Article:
You can’t help but wonder if Kansas’ Pat Roberts is the next Dick Lugar.
Upset this week in Indiana’s GOP Senate primary by a tea party conservative, Lugar is 80. Roberts, who seeks re-election two years from now, is 76.
Both are Washington fixtures. Until this week, both hardly broke a sweat in winning re-election. One ranking tagged Lugar as the 37th most conservative senator last year, while Roberts was ranked 29th.
Those similarities got the tongues of Kansas pundits wagging this week, especially in the wake of Lugar’s blowout loss Tuesday night to Richard Mourdock.
Lugar this year opposed a move to prohibit earmarks. So did Roberts. Mourdock used that to rile up conservatives.
Another similarity: Roberts opposed the $787 billion stimulus in 2009. So did Lugar, though that one vote wasn’t enough to stave off a challenge from the right.
Like Lugar, Roberts moved to Washington a long time ago, maintaining a Dodge City address as little more than show.
One of Mourdock’s closing ads in the race against Lugar began with this zinger: “When Dick Lugar moved to Washington, he left behind more than his house. He left behind his conservative Hoosier values.”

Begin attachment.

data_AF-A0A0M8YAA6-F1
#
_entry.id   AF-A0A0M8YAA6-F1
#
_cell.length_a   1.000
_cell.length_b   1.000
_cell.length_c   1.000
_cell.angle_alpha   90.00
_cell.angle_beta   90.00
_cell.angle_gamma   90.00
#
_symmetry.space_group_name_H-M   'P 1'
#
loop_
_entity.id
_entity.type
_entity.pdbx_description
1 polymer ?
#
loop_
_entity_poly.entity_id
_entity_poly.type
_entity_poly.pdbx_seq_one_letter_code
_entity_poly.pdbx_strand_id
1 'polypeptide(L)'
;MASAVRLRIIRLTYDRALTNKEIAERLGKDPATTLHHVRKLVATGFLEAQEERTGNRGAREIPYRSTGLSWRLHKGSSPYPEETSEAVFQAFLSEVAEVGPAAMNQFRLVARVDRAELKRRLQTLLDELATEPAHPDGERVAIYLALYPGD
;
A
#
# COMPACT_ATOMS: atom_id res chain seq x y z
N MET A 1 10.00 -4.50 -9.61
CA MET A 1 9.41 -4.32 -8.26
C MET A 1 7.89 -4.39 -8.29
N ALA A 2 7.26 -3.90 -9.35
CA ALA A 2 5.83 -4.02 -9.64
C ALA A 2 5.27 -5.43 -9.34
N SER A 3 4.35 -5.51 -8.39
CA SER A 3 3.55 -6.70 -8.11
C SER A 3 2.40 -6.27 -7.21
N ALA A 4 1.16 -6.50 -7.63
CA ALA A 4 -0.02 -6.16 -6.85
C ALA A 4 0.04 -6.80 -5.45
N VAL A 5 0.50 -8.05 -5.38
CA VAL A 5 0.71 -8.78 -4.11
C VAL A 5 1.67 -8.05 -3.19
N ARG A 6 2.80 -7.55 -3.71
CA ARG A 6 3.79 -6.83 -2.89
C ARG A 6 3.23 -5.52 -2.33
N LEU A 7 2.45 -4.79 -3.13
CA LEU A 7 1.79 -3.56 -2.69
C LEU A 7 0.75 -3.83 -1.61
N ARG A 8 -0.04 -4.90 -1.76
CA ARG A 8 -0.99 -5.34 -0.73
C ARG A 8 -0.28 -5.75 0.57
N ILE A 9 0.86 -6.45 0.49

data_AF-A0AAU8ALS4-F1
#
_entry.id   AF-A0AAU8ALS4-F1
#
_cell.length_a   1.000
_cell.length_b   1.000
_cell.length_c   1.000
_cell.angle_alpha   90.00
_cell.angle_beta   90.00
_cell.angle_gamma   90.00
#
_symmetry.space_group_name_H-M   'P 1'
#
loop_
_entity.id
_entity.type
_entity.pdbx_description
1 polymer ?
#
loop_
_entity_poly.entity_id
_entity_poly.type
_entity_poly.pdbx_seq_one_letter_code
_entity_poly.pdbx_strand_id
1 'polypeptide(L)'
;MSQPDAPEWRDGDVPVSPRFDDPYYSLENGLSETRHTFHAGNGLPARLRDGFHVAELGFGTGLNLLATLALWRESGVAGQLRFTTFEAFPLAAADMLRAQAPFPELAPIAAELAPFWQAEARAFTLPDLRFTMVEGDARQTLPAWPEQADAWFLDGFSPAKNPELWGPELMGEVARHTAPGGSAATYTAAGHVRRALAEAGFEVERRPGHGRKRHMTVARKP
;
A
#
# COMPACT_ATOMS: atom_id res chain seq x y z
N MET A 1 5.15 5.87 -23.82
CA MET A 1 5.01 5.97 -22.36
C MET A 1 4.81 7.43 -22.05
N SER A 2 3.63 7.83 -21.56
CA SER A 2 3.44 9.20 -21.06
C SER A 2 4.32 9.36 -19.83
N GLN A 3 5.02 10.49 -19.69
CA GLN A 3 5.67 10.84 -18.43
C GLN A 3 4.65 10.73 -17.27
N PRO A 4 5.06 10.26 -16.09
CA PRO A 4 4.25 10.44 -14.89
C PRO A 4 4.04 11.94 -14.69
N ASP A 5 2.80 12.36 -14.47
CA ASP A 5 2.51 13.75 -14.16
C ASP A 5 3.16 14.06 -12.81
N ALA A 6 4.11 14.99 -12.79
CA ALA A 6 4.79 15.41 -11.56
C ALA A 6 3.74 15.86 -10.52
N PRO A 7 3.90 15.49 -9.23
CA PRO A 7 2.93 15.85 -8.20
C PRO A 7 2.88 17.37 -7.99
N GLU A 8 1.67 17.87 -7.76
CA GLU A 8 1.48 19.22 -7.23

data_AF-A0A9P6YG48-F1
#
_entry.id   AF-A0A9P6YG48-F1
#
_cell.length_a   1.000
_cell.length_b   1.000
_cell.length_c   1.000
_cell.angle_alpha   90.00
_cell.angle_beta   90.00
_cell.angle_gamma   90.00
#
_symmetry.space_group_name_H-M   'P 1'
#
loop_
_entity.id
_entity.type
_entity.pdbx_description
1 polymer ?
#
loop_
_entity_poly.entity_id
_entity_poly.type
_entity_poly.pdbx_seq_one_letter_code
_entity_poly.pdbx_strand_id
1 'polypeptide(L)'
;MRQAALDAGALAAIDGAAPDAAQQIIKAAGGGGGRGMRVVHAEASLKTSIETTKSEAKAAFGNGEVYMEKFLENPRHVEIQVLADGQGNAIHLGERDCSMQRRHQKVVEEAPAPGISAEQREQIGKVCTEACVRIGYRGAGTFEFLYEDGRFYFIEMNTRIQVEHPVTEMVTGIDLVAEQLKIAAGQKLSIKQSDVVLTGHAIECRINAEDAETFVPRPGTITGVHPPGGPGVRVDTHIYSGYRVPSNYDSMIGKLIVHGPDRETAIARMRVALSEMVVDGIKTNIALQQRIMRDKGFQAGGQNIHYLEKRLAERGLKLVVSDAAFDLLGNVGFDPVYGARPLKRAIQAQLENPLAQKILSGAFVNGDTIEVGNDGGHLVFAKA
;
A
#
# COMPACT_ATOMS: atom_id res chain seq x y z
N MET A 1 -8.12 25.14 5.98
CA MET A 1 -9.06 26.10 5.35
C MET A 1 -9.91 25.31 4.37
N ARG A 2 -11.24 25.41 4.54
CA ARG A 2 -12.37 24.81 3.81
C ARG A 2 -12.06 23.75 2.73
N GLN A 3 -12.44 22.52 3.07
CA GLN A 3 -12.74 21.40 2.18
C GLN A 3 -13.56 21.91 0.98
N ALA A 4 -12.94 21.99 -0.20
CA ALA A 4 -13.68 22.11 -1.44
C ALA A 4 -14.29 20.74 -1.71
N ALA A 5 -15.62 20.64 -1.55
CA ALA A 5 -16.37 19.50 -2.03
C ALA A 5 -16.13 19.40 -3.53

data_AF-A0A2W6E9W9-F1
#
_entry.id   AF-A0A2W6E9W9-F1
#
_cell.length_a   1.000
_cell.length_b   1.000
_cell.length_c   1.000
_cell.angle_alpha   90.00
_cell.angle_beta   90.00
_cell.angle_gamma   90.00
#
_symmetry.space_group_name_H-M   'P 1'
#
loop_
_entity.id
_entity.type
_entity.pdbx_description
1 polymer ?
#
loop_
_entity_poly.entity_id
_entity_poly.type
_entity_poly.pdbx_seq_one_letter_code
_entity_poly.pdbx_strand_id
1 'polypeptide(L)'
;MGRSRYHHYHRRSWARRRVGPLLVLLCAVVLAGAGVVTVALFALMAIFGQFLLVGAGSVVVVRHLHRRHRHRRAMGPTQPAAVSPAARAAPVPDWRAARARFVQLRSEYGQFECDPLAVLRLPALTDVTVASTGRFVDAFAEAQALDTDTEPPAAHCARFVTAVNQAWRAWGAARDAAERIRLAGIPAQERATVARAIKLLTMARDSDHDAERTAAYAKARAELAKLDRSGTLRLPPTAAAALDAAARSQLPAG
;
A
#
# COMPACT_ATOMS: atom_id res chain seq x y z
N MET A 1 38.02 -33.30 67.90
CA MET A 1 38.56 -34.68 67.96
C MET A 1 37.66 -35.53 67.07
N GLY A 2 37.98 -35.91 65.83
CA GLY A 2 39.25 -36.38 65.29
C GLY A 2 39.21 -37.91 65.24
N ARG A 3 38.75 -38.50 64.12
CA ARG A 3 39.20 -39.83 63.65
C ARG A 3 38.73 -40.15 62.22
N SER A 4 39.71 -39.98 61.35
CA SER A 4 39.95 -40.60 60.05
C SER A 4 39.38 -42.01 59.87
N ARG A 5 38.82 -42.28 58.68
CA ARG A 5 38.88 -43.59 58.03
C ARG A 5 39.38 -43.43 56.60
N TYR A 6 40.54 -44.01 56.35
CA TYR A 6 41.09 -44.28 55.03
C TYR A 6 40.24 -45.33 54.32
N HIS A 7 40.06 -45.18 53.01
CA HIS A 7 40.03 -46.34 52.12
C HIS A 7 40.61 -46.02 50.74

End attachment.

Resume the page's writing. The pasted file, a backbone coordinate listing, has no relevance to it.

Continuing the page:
But it may be a stretch to say the same thing about Roberts. Any notion that Roberts and Lugar are carbon copies of each other is false. The differences are stark enough that Roberts could avoid facing the same fierce challenge from the right.
Lugar was criticized for losing touch with his constituents. Roberts is in the midst of another grueling 105-county Kansas tour. Lugar backed the auto bailout. Roberts opposed it. The bank bailout? Roberts was a no, Lugar a yes. Roberts also said no to President Obama’s Supreme Court nominees — Elena Kagan and Sonia Sotomayor — while Lugar backed them with votes that Mourdock roundly criticized in TV ads as supporting Obama’s “liberal Supreme Court choices.”
There’s something else here worth considering. Lugar let the race come to him. Mourdock chewed on him for failing to live in the state for 35 years and for staying in hotels when he did return to Indiana. Lugar waited until way late to go after Mourdock.
“The story is play offense, not defense,” Sen. John McCain of Arizona, who faced his own tough primary challenger in 2010, told Politico. “And it ain’t beanbag.”
Roberts wouldn’t make the same mistake, especially if David Kensinger, Gov. Sam Brownback’s former chief of staff, runs his campaign again. Roberts is a competitor, a Marine with a tough guy persona who has won his share of political brawls.
Is Pat Roberts at risk? Yes. Any longtime pol in this topsy-turvy era is. But high-risk? No. More so than most, Roberts recognized the rise of the right years ago. Initially he fought it. Then he adjusted.
Assuming he runs again, the smart money says he wins.